A zombie movie with humorous overtones is hardly a new idea, but this British slacker takeoff on George Romero’s “Dawn of the Dead” (at least insofar as the title is concerned–in many respects it’s more a spoof of the recent “28 Days Later”) adds an unusual element: it wants to be a romantic comedy, too. The bizarre idea’s actually not a bad one, but unfortunately the execution is too inconsistent to make the most of it. “Shaun of the Dead” is easygoing, lackadaisical and rather flat; it needs the fizz and panache of one of Peter Jackson’s or Sam Raimi’s comic horrorshows, but comes across as kind of bland instead. Watching it isn’t a terrible chore, but it’s not the gut-busting mixture of hysteria and bloodletting the premise promises, either.
The titular “hero” is a none-too-swift clerk in a London electronics shop, played by British television personality Simon Pegg. Shaun lives in a house with Pete (Peter Serafinowicz), an up-tight yuppie, and Ed (Nick Frost), a gross and shiftless layabout who’s been his best buddy for years. Somehow the dog-faced Shaun has acquired a perky, long-suffering girlfriend named Liz (Kate Ashfield), who–along with Di (Lucy Davis) and David (Dylan Moran), the judgmental couple she shares an apartment with–urges her guy to spend some time away from Ed and the local pub in which they waste most of their evening hours. Before the story can get very far along the conventional “triangle” path, however, a zombie plague of unspecified cause descends upon England, and after finally comprehending what’s happening (they’re a fairly oblivious pair), Shaun and Ed venture out to rescue Liz (and Di and David along with her), as well as Shaun’s mum (Penelope Wilton) and stepfather (Bill Nighy) by leading them through the dangerous streets to the supposed safety of the pub. There a final showdown occurs.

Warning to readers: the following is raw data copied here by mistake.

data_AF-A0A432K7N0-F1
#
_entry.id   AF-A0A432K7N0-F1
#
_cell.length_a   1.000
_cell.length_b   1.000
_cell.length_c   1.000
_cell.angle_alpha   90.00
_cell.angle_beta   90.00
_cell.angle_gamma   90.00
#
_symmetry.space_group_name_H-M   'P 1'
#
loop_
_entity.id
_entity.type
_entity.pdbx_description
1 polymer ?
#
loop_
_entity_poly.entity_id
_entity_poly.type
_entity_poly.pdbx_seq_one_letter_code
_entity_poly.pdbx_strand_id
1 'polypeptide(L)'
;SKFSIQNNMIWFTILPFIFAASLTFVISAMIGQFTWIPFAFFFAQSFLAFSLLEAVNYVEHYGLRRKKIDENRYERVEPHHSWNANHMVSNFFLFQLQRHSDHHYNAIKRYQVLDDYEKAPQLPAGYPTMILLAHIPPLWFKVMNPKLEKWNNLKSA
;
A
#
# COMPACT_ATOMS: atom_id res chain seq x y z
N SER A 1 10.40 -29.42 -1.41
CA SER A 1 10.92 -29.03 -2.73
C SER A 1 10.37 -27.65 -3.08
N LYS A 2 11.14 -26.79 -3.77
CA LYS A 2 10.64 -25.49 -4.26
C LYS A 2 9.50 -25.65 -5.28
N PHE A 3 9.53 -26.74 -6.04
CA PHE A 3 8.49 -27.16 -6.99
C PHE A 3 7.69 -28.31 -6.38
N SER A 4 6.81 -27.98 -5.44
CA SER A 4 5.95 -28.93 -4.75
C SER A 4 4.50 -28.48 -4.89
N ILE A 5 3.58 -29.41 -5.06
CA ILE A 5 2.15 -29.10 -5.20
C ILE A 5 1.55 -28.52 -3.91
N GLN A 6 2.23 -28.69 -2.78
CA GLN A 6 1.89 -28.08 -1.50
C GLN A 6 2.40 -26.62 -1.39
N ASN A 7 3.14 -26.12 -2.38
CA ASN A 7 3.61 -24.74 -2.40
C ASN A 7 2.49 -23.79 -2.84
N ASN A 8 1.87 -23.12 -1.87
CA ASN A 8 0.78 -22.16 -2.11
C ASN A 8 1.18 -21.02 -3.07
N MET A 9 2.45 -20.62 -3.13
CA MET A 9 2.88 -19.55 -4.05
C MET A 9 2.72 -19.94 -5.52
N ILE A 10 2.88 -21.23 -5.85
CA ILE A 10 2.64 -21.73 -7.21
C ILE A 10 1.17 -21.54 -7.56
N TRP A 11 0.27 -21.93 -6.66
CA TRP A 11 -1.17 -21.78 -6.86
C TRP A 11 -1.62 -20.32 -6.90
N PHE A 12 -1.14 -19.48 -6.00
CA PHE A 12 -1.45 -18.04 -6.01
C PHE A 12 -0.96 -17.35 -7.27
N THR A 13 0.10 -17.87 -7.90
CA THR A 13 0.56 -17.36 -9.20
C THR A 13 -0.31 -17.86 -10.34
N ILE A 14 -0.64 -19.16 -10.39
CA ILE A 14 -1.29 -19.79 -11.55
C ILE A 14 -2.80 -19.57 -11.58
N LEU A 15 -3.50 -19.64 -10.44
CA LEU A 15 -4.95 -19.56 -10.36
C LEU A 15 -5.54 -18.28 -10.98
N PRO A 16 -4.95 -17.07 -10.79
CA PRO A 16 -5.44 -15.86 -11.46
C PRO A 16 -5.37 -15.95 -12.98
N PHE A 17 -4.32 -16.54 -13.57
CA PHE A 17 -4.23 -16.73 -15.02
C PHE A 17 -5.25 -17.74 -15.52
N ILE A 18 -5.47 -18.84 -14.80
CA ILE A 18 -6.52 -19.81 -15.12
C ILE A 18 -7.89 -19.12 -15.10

Amusing moments pop up periodically in “Shaun of the Dead.” The first encounter that Shaun and Ed have with the undead in their backyard is raucously chaotic, and Shaun’s befuddled entrance into Liz’s apartment to “rescue” her (actually removing her from a place that appears much safer than where they’re going) has a farcical kick. Nighy brings some subtle twists to the stepfather figure with whom Shaun has issues even before the bloke turns into a zombie (what might have been a stock villainous turn morphs briefly into something deeper than that), and there’s a fine scene–probably the sharpest in the picture–when Shaun’s little band bumps into another, composed of people who are like oddball reverse-mirror images of themselves. The latter sequence is an especially good example of the characteristically chatty, low-key humor that the British use so very effectively, but most of the other like moments here don’t register nearly as well. The fact is that although the picture is only a bit over an hour and a half long, it grows rather repetitious over that span, and one is likely to find the voluble Frost, in particular, tiring as the story runs on.. (Of course I could be wrong: viewers certainly embraced the similarly oversized John Belushi of “Animal House.”) “Shaun” doesn’t stint on the second half of the equation, either–the guts and gore stuff–but that’s all dished out in such an over-the-top fashion that while you might be somewhat disgusted, you’re hardly going to be frightened.
In the final analysis “Shaun of the Dead” is rather like a sketch on a TV variety show–probably the one called “Spaced” that the filmmakers did in Britain before moving on to this–extended (or more properly overextend) to feature length. The cast is game and there are passing moments of inspired lunacy, but as a whole the movie never builds up a full head of comic steam. It may want to be, as the British might say, a bloody riot, but in fact it seems to suffer from a case of comedic anemia.